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Success Stories

Stolen pygmy monkeys rescued

Posted in Success Stories

Three rare pygmy marmoset monkeys stolen from a wildlife park near Sydney were rescued with the assistance of Crime Stoppers.

Three rare pygmy marmoset monkeys stolen from a wildlife park near Sydney were rescued with the assistance of Crime Stoppers.

When the three monkeys were found to be missing from the Symbio Wildlife Park south of Sydney, police were called to the park where they found evidence of forced entry into the monkeys’ enclosure.

After a public appeal to return the monkeys, a call to Crime Stoppers led police to stop and search a car at Appin, 30 kilometres from the park.

The police found a baby monkey alive in the car, while a second monkey, Sophia, was found in the Campbelltown area later in the evening following extensive inquiries by police. The third monkey, named Gomez, was found in Tahmoor following reports the animal had been left in a box on the front doorstep of a vet.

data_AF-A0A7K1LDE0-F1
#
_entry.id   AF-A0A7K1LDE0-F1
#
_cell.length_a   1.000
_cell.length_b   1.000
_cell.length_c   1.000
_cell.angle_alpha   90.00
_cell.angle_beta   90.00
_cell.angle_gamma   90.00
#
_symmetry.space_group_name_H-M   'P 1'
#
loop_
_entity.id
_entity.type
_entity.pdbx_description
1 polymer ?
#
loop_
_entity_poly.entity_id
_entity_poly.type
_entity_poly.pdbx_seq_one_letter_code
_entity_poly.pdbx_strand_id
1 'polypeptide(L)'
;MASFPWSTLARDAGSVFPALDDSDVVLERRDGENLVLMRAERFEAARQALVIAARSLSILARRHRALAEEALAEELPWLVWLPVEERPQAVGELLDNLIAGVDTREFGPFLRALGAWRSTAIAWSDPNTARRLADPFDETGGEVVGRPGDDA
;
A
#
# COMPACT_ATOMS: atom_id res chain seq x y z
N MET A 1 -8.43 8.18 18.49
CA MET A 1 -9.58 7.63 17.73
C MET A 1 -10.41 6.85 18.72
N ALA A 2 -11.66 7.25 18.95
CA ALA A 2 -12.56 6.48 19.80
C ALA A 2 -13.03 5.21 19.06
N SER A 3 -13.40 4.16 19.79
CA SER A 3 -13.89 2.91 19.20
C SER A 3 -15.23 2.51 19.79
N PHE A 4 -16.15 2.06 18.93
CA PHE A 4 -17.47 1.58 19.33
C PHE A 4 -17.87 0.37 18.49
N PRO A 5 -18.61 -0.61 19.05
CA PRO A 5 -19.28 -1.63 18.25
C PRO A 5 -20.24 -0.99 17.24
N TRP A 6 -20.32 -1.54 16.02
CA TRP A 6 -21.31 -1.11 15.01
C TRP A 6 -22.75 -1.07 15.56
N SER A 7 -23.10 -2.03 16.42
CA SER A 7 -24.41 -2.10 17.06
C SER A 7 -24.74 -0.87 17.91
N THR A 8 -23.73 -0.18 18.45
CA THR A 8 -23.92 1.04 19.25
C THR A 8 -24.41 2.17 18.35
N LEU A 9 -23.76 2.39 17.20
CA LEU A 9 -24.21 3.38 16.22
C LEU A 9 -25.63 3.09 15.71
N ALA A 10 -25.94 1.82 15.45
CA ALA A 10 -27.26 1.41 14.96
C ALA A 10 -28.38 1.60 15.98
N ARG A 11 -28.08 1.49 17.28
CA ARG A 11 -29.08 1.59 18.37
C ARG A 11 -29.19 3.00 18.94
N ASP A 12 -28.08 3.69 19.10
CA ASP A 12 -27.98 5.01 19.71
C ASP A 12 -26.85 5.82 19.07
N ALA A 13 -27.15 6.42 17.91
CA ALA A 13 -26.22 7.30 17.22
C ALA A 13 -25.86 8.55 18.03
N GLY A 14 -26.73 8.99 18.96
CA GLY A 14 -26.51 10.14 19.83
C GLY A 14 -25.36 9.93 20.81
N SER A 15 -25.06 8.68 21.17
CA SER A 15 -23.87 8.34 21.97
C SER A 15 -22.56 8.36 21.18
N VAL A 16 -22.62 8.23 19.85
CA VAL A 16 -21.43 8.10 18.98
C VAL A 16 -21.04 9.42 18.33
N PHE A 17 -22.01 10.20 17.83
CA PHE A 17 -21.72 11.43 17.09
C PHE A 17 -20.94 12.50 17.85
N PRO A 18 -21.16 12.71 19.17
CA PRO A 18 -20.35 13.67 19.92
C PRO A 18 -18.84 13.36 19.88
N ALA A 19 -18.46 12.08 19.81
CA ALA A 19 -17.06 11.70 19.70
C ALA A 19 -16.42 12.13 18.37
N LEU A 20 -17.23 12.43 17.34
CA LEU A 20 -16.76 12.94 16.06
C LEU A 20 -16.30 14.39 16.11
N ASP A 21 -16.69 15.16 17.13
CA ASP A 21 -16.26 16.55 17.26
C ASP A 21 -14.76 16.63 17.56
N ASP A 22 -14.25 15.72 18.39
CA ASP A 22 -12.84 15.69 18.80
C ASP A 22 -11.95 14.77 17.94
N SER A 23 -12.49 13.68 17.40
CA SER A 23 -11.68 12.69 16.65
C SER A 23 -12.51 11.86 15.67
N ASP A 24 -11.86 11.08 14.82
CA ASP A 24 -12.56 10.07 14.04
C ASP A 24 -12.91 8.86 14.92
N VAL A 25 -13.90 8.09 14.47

The two men in the car, a 23-year-old and a 26-year-old, were questioned by police, arrested and taken to Campbelltown police station where they were both charged with dealing with proceeds of a crime.

All three monkeys were eventually returned to the wildlife park for further examination and care. There was particular concern about the four-week-old baby pygmy marmoset, whose continued separation from its mother would most likely have been fatal, as it was still suckling.

When the baby was reunited with its Mum, she cradled the baby straight into her arms and it immediately began to feed.

The second monkey, 10-month-old Sofia, was received in “OK condition, hungry and understandably scared”, then reunited with her family.

Wildlife park staff thanked the public for their support saying it had been “absolutely critical” to the baby marmoset being returned.

It is likely there was a financial motivation behind the theft of the rare animals.

Pygmy marmoset monkeys, native to South America, are the world’s smallest monkeys.

In Australia, exotic animals such as monkeys can only be held by people with an appropriate licence, usually only for exhibition or conservation purposes, and cannot be sold commercially or kept as pets by private owners.

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